On a tour to the Statue of Liberty, you have the option to stop at Ellis Island and explore the Immigration Museum. This fantastic museum is located in the historic immigration station complex, where thousands of immigrants were processed before entering the United States. Displays focus on the process, the experiences, and the stories of the people who came through here on their journey to the United States. You can even search the on-site computer database to see a record of immigrants who came through here.

Tickets to go inside the statue sell out. Pr-purchasing tickets is a must during the high season and a good idea at any time of year. The Statue of Liberty and Ellis Island Guided Tour is a four-hour trip that takes you to both the Statue of Liberty and Ellis Island. This tour allows early reserve line access to board the ferry, and includes access to the Pedestal Museum and the Museum at Ellis Island.

Note: Buying tickets at the ferry can be tricky, with hawkers claiming to be “official representatives” trying to sell you more expensive tickets before you can find the ticket booth.

2. Central Park

A walk, peddle, or carriage ride through the crisscrossing pathways of Central Park is a must-do on anyone’s New York City itinerary. In winter, you can even lace up your skates and glide across Wollman Rink. This huge park in the city center, a half-mile wide and 2.5 miles long, is one of the things that makes New York such a beautiful and livable city.

Besides being a great place to experience a little nature, Central Park has many attractions within its borders, and most of them are free, making it one of the few cheap things to do in NYC. Some of the most popular places to visit include the Belvedere Castle, Strawberry Fields, the Central Park Zoo, and the Lake. If you are exploring the park on your own, start by picking up a map at one of the visitor centers and plot your routing.

3. Rockefeller Center & Top of the Rock Observation Deck

When it comes to New York attractions, Rockefeller Center is on almost all tourist’s itineraries. This vast entertainment and shopping complex in the middle of Manhattan is home to NBC-TV and other media, but the centerpiece is the 70-story 30 Rockefeller Plaza, an Art De co skyscraper that offers awesome views over Manhattan from the famous Top of the Rock Observation Deck.

The “deck,” as it’s known, includes three floors, located on the 67th, 69th, and 70th floors. Indoor and outdoor viewing spaces offer spectacular views by day or night. You can buy a Top of the Rock Observation Deck Ticket in advance. These tickets come with a flexible voucher redemption policy, so you can change the date if your plans change or the weather doesn’t cooperate.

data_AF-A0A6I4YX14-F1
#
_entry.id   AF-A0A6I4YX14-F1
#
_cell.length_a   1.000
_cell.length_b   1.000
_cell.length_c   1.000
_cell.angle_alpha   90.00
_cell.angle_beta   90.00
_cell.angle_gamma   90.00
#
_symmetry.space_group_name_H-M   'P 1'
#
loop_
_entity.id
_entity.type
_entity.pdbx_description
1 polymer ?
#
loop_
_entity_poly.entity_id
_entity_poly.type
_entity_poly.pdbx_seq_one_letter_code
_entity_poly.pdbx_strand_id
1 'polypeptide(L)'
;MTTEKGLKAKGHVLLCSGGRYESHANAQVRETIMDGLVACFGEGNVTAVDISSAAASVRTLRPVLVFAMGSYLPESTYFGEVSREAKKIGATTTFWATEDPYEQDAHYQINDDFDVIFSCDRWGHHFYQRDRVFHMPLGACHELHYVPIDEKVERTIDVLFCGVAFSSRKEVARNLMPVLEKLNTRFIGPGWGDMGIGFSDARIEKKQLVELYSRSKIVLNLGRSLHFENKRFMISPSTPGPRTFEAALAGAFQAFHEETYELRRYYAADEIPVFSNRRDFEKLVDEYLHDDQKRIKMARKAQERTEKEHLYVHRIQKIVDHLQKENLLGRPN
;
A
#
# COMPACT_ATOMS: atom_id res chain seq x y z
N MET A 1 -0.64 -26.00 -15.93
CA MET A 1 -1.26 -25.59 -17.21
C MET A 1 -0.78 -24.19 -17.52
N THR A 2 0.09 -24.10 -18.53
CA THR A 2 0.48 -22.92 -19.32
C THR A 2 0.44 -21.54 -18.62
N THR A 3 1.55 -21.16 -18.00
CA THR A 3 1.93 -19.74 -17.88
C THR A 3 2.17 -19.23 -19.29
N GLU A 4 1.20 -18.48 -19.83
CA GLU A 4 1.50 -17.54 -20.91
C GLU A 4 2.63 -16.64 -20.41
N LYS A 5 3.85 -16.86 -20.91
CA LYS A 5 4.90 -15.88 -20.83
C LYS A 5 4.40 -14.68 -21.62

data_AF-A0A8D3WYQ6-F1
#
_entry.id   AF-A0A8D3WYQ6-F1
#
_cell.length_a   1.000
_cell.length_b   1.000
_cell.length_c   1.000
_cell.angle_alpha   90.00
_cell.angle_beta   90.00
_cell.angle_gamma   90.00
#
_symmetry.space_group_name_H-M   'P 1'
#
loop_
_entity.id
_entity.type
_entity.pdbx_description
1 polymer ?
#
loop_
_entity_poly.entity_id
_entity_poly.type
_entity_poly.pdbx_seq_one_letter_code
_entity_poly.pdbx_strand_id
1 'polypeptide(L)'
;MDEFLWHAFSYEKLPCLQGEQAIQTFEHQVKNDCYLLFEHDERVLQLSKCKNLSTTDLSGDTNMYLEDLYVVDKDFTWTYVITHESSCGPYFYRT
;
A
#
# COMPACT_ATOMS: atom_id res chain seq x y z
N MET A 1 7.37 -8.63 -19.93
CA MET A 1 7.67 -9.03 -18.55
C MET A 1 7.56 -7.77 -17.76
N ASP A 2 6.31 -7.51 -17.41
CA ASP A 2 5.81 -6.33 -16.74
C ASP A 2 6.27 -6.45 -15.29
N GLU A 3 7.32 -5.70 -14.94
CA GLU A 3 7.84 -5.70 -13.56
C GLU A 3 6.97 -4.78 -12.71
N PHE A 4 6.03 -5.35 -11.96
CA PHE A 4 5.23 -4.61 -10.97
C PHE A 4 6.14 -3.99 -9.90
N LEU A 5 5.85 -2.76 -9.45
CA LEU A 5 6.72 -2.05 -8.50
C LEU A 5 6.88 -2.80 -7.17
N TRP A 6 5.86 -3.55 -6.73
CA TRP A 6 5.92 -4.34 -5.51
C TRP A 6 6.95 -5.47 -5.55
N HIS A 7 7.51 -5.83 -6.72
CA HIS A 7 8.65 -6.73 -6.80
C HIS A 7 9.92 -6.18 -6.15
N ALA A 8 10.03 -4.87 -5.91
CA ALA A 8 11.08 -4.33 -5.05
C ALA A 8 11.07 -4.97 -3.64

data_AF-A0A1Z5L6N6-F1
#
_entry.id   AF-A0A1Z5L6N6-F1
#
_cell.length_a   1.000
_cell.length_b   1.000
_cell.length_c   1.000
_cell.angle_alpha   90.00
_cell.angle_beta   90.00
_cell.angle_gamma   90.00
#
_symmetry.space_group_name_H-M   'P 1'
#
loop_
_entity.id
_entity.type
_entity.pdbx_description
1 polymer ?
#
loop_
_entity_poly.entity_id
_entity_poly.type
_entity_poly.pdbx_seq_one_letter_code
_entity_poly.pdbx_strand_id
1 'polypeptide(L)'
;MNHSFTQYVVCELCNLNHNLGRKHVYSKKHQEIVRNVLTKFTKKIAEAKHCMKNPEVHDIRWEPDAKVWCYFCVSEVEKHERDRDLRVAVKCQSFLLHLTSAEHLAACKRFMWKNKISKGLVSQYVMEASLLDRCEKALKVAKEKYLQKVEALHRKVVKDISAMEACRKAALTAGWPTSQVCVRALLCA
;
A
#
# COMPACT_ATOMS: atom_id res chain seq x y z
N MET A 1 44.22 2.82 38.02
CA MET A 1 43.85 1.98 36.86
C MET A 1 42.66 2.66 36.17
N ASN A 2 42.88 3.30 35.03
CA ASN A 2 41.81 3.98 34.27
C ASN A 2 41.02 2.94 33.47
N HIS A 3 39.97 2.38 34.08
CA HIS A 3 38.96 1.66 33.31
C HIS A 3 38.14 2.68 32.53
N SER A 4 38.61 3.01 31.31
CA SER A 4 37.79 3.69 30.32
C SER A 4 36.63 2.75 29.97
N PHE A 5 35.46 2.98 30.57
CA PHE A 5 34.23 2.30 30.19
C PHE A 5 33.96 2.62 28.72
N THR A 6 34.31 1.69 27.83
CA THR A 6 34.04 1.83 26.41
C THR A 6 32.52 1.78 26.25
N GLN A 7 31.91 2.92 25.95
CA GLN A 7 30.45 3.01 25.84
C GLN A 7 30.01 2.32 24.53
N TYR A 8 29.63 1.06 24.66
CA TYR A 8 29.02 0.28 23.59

Skating on the outdoor skating rink at the base of the tower is one of the most popular things to do in winter in New York City and a fun activity for families and couples. The rink is typically open from October to April.

4. Metropolitan Museum of Art

The Metropolitan Museum of Art, or the Met, as it is commonly known, was founded in 1870, and is one of the most famous museums in the United States. The permanent collection of The Met contains more than two million works of art, spanning a period of 5,000 years.

Although the museum has three sites, the centerpiece is The Met Fifth Avenue. Highlights of the collection include American decorative arts, arms and armor, costumes, Egyptian art, musical instruments, photographs, and much more. Exhibitions bring some of the world’s most famous works to the public. If you are serious about your visit to the Met, consider a VIP: Empty Met Tour at the Metropolitan Museum of Art, and see this incredible museum with just 25 people before it opens to the general public in the morning.

The Met Cloisters, located in Fort Tryon Park in northern Manhattan, is another extremely popular New York museum. This branch of the Metropolitan Museum of Art, housed in an outstanding structure, built around medieval cloisters, chapels, and halls, focuses on the medieval art and architecture of Europe.